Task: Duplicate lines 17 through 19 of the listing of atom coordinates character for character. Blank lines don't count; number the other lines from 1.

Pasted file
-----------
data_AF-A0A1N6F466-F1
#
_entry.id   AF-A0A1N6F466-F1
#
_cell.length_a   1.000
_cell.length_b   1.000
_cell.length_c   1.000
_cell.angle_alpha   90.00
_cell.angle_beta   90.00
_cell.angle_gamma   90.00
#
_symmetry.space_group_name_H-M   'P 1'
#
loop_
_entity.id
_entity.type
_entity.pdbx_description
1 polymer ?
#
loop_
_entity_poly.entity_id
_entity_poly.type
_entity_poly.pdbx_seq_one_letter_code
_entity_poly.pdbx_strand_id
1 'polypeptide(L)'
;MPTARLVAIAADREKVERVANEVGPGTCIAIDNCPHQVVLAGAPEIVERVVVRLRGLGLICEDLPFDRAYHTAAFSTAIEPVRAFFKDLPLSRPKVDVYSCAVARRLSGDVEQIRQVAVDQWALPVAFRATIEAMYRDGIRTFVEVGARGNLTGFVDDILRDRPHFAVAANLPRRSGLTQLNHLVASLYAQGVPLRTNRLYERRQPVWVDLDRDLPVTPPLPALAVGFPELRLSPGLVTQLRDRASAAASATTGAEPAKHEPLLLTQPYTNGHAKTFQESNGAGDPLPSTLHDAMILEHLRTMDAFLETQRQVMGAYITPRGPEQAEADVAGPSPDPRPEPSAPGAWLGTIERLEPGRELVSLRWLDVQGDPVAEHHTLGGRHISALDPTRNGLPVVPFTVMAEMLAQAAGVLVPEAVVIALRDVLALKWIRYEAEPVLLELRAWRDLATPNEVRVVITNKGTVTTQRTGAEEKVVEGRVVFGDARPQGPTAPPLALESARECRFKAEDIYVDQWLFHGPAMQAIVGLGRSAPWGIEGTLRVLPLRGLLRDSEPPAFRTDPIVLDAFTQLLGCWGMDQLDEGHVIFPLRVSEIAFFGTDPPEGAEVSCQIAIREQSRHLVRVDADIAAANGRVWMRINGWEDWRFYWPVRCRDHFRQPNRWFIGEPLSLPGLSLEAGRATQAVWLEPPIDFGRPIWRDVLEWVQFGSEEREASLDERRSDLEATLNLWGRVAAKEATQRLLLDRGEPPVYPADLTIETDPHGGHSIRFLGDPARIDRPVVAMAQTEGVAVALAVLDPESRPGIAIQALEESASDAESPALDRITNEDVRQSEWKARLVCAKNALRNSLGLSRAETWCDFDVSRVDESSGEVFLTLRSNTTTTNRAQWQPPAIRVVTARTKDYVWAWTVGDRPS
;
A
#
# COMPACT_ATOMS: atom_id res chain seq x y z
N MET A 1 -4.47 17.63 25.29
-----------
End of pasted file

_entity.pdbx_description
1 polymer ?
#